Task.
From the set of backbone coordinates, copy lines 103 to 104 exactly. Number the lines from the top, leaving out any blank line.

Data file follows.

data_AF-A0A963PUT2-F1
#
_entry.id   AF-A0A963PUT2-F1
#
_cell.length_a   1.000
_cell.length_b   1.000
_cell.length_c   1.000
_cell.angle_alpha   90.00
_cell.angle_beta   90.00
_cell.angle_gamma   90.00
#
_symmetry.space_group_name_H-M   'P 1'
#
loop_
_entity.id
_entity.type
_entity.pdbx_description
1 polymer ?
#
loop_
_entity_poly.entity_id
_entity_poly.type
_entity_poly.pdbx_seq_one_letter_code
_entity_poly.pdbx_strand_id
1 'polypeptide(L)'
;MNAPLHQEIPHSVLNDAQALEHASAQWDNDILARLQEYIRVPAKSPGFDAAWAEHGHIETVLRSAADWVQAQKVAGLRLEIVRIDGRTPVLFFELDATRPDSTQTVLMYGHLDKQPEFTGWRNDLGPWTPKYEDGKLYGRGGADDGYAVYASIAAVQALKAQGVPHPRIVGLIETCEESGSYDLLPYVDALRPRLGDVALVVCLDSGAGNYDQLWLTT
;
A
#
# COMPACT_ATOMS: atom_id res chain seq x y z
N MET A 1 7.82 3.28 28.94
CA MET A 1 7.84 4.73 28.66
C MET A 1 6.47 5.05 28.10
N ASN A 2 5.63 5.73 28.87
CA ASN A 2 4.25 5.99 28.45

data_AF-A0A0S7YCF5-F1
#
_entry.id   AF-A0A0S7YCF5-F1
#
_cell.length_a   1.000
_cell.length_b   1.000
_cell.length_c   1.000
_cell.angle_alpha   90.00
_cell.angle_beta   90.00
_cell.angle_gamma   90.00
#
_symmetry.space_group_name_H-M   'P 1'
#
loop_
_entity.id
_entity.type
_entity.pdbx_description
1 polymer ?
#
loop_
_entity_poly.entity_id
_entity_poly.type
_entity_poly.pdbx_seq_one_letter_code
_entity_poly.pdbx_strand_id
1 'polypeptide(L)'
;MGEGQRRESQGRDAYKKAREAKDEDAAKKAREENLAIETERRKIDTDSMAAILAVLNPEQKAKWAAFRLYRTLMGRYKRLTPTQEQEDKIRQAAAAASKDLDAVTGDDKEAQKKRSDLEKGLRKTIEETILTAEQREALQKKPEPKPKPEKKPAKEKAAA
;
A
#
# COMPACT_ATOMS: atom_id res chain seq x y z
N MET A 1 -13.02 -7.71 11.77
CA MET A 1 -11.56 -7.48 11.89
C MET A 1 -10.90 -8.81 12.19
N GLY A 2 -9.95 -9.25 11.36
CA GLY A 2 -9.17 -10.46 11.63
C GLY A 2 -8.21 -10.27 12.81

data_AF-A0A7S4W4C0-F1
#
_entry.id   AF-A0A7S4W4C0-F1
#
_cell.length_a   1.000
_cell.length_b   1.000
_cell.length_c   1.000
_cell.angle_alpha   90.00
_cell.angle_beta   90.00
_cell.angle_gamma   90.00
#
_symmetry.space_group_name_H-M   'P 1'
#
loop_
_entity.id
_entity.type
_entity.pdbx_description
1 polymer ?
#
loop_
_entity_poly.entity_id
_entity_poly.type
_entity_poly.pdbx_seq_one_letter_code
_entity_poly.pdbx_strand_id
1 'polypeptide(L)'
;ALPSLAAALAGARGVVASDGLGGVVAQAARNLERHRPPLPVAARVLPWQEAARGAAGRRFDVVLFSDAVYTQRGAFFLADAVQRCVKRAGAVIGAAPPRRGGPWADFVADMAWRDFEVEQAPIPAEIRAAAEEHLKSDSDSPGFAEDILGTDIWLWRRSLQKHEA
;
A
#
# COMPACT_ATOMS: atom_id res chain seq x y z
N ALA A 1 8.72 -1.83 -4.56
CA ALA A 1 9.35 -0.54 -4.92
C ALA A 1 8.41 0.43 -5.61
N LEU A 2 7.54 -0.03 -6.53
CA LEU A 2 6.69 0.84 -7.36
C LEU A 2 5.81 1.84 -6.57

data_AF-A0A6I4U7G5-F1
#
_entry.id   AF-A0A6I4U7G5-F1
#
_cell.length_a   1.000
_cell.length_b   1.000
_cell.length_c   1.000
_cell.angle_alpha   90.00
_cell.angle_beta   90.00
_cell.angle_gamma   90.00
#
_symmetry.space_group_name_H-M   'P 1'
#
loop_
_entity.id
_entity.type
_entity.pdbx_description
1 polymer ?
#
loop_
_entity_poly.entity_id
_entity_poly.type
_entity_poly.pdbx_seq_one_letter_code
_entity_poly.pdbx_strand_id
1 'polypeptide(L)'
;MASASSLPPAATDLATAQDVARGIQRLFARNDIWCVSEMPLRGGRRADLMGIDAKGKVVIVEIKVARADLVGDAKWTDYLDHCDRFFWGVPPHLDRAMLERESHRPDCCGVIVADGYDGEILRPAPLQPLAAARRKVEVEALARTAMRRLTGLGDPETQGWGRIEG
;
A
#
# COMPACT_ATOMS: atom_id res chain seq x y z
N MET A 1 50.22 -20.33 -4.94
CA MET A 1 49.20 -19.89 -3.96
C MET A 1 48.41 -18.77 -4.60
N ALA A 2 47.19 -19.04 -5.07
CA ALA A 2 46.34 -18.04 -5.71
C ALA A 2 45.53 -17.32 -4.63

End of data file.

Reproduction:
CA ALA A 1 9.35 -0.54 -4.92
C ALA A 1 8.41 0.43 -5.61